A Cycle – Feast of Christ the King 20

B Cycle – Feast of Christ the King 20

Mt. 25:31-46

Pope Pius XI in 1925 set aside a Sunday for the Feast of Christ the King.  His intent was to get us to refocus on a very specific aspect of Jesus who was given dominion over all things by the Father. Because I lived in a country that had a king, I never got this King thing.  Watching the royal family of Britain or through my experience while living in Malaysia.  I never understood why someone would forfeit their freedom to someone else.  In Malaysia, I lived just over a block away from the palace of the Sultan of Johore and at the time the King of Malaysia.  Mostly what I saw was the public display.  The pomp and circumstance of the monarchy and how the royalty was loved and adored by their subjects.  What we see in modern day monarchy is certainly not the Camelot of King Arthur’s day.

Yet, we know that Christ came to set us free and to bring us into the Kingdom of God on earth. A kingdom where we know our King desires all good things for us and has handed over to us dominion over his kingdom.  We cannot compare Christ the King with any king or queen of our day and if we do, we will never grasp the concept of what Pius XI intended when he established this feast in 1925. 

We need to understand what the Kingdom of God is all about and how we fit into that kingdom.  It is not about geographical boundaries or a place we can find by using our GPS.  The original Greek word for kingdom carries with it the notion of reign or activity.  So, when Jesus comes and proclaims that the Kingdom of God is at hand, he is telling us that the reign of God is established, and we are called to live in it.   When Jesus told Pilate, his kingdom is not of this world he was affirming that the Kingdom is not a tangible thing, but it is found in every heart.  It is not something we can set out to find, but instead it is something to experience. 

Once we experience the Kingdom of God, where Christ reigns, we will automatically begin to live our lives in a way that shows to the world that Christ is King does not rule over us but instead He provides for us all that is good.  Once we experience Christ is King we will discover how we are the ones responsible for building the kingdom not by our wealth but by our zeal to give witness to the fact we are not subjects but heirs, members of the household of the King.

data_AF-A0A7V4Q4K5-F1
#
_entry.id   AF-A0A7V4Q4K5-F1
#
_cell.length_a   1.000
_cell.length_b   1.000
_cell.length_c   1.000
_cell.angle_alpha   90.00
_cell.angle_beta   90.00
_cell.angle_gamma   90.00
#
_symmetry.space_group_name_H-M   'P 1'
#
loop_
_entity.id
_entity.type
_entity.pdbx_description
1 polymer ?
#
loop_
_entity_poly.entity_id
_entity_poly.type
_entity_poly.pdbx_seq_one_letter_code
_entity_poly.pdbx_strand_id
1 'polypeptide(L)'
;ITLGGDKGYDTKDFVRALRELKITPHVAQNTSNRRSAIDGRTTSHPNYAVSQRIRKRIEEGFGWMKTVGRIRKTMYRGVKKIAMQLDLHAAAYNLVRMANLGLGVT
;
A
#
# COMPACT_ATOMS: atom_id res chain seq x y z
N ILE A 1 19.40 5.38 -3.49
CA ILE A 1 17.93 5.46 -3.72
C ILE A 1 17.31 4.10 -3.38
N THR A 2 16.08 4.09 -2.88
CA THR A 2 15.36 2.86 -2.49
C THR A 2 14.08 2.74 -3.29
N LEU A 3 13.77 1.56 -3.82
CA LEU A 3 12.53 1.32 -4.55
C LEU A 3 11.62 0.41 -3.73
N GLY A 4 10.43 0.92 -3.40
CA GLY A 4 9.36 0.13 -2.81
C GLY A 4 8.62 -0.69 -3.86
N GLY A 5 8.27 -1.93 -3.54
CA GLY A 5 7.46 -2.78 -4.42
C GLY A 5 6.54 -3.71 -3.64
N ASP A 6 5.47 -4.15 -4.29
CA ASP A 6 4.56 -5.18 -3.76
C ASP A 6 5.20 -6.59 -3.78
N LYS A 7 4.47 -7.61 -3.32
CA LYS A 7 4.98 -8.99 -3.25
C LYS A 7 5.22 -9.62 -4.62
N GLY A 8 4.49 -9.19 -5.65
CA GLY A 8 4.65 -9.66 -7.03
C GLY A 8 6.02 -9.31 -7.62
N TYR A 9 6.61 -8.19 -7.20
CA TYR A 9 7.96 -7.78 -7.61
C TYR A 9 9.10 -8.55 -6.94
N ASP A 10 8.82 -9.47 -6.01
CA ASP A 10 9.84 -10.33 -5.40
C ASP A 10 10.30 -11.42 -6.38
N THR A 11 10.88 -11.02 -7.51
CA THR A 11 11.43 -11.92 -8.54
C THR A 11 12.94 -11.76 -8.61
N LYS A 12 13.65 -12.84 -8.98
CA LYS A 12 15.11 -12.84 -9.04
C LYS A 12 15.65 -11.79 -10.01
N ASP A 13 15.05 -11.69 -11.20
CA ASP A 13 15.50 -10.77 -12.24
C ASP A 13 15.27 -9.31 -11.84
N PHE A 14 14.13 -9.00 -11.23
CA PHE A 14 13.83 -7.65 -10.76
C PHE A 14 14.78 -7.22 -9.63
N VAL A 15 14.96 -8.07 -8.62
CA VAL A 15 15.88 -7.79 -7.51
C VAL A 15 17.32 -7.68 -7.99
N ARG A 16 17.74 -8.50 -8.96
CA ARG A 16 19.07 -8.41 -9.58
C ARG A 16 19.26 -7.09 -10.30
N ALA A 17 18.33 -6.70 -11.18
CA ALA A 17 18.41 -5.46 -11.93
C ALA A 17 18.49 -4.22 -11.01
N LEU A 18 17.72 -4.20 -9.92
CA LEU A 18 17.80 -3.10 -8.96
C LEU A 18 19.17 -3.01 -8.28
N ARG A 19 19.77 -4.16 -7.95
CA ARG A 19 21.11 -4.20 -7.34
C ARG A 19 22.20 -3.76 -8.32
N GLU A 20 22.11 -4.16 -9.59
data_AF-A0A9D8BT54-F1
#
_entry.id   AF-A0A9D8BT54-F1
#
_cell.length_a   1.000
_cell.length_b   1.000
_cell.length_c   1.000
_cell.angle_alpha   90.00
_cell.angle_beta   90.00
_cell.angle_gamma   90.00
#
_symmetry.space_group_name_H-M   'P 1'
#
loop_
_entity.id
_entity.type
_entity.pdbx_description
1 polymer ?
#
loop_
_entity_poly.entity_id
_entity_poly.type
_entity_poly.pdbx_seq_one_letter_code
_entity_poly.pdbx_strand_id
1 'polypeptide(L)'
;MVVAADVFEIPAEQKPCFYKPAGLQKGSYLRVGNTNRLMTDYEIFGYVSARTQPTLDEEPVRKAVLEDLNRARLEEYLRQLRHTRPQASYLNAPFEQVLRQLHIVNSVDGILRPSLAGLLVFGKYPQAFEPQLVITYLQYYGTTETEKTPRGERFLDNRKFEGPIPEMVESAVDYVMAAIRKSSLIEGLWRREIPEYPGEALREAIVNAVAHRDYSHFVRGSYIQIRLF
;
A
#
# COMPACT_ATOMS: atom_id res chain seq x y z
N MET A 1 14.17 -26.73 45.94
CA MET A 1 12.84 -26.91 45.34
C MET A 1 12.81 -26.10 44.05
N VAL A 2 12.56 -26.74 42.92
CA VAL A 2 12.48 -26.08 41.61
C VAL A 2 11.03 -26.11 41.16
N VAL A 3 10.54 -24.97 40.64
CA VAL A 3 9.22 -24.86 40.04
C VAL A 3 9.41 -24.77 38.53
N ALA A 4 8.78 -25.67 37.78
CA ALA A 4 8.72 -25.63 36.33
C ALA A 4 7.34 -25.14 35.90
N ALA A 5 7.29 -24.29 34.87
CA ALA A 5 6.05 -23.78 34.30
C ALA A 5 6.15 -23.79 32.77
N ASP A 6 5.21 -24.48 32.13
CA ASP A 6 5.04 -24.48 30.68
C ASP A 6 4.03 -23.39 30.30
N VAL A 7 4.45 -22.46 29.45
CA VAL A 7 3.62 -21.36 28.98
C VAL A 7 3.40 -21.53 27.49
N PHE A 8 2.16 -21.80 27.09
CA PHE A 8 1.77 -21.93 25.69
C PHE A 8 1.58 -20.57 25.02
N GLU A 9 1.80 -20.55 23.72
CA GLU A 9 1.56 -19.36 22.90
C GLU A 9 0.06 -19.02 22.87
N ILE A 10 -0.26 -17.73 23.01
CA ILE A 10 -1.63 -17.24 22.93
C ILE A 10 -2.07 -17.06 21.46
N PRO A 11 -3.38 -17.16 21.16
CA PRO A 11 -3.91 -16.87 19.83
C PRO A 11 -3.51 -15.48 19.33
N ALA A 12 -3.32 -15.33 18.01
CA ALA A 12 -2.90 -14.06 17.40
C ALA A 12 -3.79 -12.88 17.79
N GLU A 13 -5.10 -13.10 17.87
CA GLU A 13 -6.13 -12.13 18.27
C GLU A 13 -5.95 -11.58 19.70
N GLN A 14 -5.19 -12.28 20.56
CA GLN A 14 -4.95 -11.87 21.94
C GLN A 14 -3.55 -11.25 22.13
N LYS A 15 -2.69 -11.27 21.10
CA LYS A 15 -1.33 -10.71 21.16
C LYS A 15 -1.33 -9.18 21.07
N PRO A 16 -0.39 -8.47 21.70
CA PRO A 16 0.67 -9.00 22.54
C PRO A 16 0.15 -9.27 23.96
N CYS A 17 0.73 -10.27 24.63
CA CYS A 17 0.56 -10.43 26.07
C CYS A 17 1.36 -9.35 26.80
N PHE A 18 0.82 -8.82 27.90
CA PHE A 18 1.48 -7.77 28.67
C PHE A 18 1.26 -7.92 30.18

We find joy when we let Christ reign. 

We find peace when we let Christ reign. 

We find contentment when we let Christ reign. 

We find all we ever seek when we allow Christ to become Lord of our lives.     We will begin to remember all the proclamation (promises) of Christ and act on them because those promises hold the keys to our ability to surrender our hearts to God.  Christ our King told us to seek first the Kingdom of God and all else will be added. Christ our King told us to ask and we will receive.  Christ our King told us to knock and it will be opened.  Those are not the words from an earthly King who is somehow superior to us because they were born into a royal family.  No, our king came to earth, in the form of a slave, born in a stable, to a working class mother under questionable circumstances. 

For us, those words of Jesus give us a clue to the Kingdom Jesus established.  We are not royal subjects because we live in the boundaries of this Kingdom. No, we must voluntarily seek to live in His Kingdom.  We must desire it, seek it, and then ask for the grace of the Holy Spirit to change us into sons and daughters of the King.  We then will stop trying to please the King with the way we adore him, serve him, or acknowledge him.  Instead we will join Him and become princes and princesses, fulfilling our destiny as part of the family of God.  

Yes, the Church proclaims today to the world that Christ is King, but the issue is do we acknowledge Christ came to bring us into the Kingdom of God.  Do we acknowledge who Christ is to the world and work to help the world understand we need not fear our king because we are part of the royal family of God and are stewards of His Kingdom. 

Do we proclaim Christ is Lord by how we live our lives each day? 

Do we proclaim our faith by outward signs adulation because that is expected or do, we proclaim our faith because the love of God has been poured into our hearts by the Holly Spirit? 

Do we recognize there is a Kingdom of the World in opposition to the Kingdom of God?

Today is a reminder that we have a choice to give public adoration to a figure head or to give our hearts to the King of Kings. 

Yes, Christ is King, and we should bow in reverence and awe before Him each day, just as we would do if we entered the palace of any monarch.    

1 thought on “A Cycle – Feast of Christ the King 20

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